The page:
Our girls loved making things with clay. I  was pleased to see this was included within the entry price as I thought we may have to pay extra. The lady running the clay session was lovely and patient with all the kids.

You can collect your piece as you leave and we managed to keep ours intact and take it home.

Alnwick Castle is not open all year round so it is best to check the website before you go. Normally it closes the last weekend in October and opens again at the end of March. You can save 10% on admission if you book in advance.

Alnwick Castle Website

We stayed in a holiday cottage in Embleton when we visited Alnwick Castle. It was a short drive, about 20 minutes to get to Alnwick. Please click on the link if you’d like to read my post about our cottage in Embleton.

Stockeld Park, Wetherby

Stockheld Park MazeStockeld Park is a great family day out a couple of miles from Wetherby on Harrogate Road.

We have had some great times at this attraction and each time we go, we do something different as the options change depending on the time of year and the weather will usually determine the best way to spend the day.

Our most recent visit was during the Christmas holidays and while it was cold and a bit damp, we were lucky to get a dry day.

Enchanted Forest

Thanks to the dry weather, our kids spent a lot of time walking round the enchanted forest and playing in the parks and fun stops on the way around. Jessica wore an all in one snow suit which was perfect as she could jump about and roll around in the forest parks without worrying about getting muddy or wet.

Maze

We also enjoyed the maze, which is really tricky and we always need to check our photo of the map to finally find our way out. There are different stations to look out for as you go round, including a couple of Doctor Who police boxes with linked up speakers, a noughts and crosses game and some drum seats. There is also a central globe which includes buttons to press revealing various facts.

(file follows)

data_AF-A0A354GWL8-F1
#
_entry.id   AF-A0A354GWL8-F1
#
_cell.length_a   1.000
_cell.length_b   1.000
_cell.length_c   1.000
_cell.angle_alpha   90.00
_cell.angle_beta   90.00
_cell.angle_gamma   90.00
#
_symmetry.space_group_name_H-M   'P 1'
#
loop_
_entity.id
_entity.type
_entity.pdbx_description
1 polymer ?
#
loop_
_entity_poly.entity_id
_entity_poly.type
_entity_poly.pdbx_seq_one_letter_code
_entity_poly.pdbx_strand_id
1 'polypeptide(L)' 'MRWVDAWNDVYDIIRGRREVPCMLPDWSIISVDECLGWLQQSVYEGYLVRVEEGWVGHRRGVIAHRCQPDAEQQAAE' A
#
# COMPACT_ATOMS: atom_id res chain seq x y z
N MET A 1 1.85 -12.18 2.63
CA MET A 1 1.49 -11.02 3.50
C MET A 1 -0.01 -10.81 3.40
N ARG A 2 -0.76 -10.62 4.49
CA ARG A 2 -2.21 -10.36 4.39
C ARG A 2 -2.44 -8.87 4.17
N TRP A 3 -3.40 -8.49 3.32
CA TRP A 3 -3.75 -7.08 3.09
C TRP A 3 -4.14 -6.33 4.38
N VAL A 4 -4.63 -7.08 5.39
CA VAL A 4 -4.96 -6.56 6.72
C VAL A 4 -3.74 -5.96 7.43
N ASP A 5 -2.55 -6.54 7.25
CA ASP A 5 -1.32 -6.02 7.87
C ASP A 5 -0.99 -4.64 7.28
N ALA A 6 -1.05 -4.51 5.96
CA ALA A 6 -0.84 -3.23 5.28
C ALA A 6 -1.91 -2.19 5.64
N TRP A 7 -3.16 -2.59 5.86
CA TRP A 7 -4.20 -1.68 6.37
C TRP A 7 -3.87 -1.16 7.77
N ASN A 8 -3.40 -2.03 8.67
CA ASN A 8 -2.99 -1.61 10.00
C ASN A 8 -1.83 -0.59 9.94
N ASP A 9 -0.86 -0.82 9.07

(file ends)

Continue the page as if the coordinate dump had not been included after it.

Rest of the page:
Ice Skating

My six year old loved the ice skating and we did this three times throughout the day. She was a little too big for the penguins that you can borrow for little ones. Previously she used one of these which made it a lot easier for her to get around. There were some snowmen for children with special needs. From a very slippy, scary start she improved significantly and grew in confidence. By the end we were skating together as I held her hand. The boots were a bit uncomfortable and I personally found the orange boots to be more comfortable.

Stockeld Park Enchanted ForestCross Country Skiing

Now I’ll be honest, whenever I have seen the cross country skiing at Stockeld Park, I have thought that it did not look like any fun to me. However our six year old decided she wanted to try it. I was not very hopeful and expected some serious moaning with me carrying her and/or the skis around the forest and back to the hut.

However, I was totally wrong. She loved the Nordic Ski Trail and she did really well. She followed the ski path round with her dad and I pushed the buggy round the main path. We were always within sight of each other, although she managed to go a bit quicker than us as we stopped to look at a couple of the displays, including the Mermaid in the Lake. She fell a couple of times, but got straight back up again and continued without any complaining.

There is a hut where the boots and skis are given out. They have boots from a junior size 10 up to an adult size 13. Skiers have to remove their shoes to wear the boots and then they place their boots into the skis. There are different sizes available and the staff help with putting on the skis and have a quick chat to explain how to get about. David and Abigail quickly got the hang of it and made their way

Restaurant

We ate our lunch in the cafe/restaurant and we also had a warming up drink and snack in there later in the afternoon. I feel that the food is excellent and a lot better than many of the children’s attractions we have visited. It is not an extensive menu, but the usual favourites are there for the kids including picnic boxes with sandwich, drink and snacks and hot meals including chicken pieces and chips or fish fingers. For adults there are jacket potatoes and paninis with wedges as well as a few larger hot meals.

Overall, we had a great family day out at Stockeld Park and I am sure we will be back for another fun-filled day.

You can pay for individual activities or get a band for everything for the whole day. We have always paid for us all to do everything and the price of entry is quite expensive, however you do get to fill a whole day with non stop fun once you are in. By the time we leave, I have always felt the price was well worth the day out. Children aged 2 and above are charged full price, which I think seems a bit unfair. Our little one cannot join in with skating or skiing, but we bought a family ticket to cover everything as that seemed to be the best option. You can get a discount if you order tickets online in advance, but we generally prefer to check on the weather and how we’re feeling before committing to buying tickets.

The park is only open during school holidays so it is best to check the website before you go.

Click on the website below for more details:

Stockeldpark.co.uk